Surface roughness effect on droplet impact characterization: Experimental and theoretical study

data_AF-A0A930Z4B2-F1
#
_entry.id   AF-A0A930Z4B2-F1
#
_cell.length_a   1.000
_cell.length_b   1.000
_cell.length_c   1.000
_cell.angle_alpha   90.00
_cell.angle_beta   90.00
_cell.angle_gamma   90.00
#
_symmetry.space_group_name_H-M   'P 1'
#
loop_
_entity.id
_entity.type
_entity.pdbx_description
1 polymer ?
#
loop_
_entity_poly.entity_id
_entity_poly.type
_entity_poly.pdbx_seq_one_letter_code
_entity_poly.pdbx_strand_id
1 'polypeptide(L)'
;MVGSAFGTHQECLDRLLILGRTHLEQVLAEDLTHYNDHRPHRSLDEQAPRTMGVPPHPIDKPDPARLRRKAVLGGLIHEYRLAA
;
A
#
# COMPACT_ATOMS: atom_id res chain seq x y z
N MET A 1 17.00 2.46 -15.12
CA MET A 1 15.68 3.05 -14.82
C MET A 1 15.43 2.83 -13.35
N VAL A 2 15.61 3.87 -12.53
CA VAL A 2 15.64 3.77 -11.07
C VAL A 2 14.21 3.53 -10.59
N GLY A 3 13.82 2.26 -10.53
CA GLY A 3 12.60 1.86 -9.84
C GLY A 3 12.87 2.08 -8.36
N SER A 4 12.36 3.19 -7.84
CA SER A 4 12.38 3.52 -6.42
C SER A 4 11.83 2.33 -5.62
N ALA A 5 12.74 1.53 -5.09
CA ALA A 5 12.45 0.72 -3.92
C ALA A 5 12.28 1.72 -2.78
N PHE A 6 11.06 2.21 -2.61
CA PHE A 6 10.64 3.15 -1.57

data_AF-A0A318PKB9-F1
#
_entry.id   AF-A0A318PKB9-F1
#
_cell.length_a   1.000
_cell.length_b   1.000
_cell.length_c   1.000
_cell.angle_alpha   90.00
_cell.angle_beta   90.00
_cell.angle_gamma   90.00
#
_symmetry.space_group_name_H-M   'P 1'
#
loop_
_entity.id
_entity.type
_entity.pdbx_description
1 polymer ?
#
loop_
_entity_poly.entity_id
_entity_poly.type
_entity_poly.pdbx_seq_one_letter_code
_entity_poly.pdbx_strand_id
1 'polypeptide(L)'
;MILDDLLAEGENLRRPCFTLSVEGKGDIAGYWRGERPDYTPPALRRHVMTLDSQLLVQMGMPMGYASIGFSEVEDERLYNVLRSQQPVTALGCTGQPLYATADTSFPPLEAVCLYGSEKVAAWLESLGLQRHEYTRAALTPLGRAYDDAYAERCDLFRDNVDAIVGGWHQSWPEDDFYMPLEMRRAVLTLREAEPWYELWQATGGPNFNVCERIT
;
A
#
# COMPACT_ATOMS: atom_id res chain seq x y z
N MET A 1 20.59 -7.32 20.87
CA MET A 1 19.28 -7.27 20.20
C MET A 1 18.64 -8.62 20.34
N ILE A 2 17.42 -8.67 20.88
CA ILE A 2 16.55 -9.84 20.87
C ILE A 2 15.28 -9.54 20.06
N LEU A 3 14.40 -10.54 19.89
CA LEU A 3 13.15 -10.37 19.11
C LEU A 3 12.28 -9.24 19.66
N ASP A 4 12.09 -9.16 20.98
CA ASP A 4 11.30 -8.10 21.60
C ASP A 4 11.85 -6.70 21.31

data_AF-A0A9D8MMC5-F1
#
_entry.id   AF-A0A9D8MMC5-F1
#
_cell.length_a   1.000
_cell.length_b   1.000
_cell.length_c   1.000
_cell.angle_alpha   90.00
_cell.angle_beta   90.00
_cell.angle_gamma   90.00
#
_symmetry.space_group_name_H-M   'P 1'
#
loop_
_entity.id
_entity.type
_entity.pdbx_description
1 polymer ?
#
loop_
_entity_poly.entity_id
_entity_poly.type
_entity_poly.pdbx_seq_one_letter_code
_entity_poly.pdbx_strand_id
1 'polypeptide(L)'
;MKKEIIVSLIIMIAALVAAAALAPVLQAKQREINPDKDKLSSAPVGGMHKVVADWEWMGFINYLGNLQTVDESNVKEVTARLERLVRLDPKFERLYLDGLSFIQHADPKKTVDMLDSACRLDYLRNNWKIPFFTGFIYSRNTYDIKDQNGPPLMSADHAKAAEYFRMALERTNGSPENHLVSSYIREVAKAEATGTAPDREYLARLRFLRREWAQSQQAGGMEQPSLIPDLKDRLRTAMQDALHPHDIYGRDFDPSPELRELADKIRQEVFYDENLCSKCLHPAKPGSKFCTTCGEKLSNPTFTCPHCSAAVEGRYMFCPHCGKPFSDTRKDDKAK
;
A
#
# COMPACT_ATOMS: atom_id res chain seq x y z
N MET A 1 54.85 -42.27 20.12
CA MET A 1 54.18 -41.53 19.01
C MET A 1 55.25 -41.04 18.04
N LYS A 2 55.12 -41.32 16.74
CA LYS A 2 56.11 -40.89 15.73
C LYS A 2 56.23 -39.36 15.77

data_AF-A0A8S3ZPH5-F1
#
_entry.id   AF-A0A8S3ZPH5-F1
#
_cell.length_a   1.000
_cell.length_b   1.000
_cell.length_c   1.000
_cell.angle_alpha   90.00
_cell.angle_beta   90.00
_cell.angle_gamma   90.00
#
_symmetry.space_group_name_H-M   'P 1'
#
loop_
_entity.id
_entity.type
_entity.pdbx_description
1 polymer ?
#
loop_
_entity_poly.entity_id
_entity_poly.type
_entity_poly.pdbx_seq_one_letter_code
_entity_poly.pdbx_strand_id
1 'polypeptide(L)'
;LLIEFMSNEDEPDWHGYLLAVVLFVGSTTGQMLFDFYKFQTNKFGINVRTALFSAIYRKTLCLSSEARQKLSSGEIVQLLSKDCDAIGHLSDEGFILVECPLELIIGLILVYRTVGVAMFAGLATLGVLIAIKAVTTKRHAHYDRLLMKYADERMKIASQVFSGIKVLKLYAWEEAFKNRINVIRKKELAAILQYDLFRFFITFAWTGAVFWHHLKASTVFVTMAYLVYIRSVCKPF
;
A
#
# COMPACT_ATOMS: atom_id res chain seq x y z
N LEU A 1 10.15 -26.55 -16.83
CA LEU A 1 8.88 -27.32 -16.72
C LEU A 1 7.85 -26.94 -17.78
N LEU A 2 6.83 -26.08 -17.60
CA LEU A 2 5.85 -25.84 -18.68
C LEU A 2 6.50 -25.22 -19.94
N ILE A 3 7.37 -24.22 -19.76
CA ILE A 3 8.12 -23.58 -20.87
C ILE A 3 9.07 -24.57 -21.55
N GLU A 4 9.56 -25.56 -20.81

In this paper, the effect of surface roughness on the both normal and inclined droplet impact is investigated experimentally by image processing. The impingement of water droplets with 2.9 mm diameter and 1m/s velocity impacting on three types of stainless steel surfaces with respective arithmetic average surface roughness values of 2.24 μm (Smooth), 6.04 (Medium) and 30.2 (Rough) is examined using a high-speed camera. The dynamic behavior of the impact including droplet deformation, the maximum spreading diameter and length, contact angle and the number of fingers are studied. Experimental results demonstrate that rough surfaces not only prevent secondary droplet formation but also decrease the number of fingers formed around the droplet in the normal droplet impact. Considering the inclined droplet impact scenarios, the asymmetric spreading of droplet on inclined surfaces avoids the secondary droplet formation by decreasing the fluid kinetic energy. In the inclined impact, fingers are formed around the droplet perimeter like the normal impact. The only difference between impacts onto the inclined surfaces is a gradual decrease of the number of fingers by increasing the incline angle. The experimental results are compared with those of the analytics available in the literature for the normal droplet impacts. Next, a simple analytical model for droplet impact on an inclined surface is developed; the predictions from this model was also compared to those of measurements. Calculated values from the analytical models agreed well with experimental data for both normal and inclined impact scenarios.
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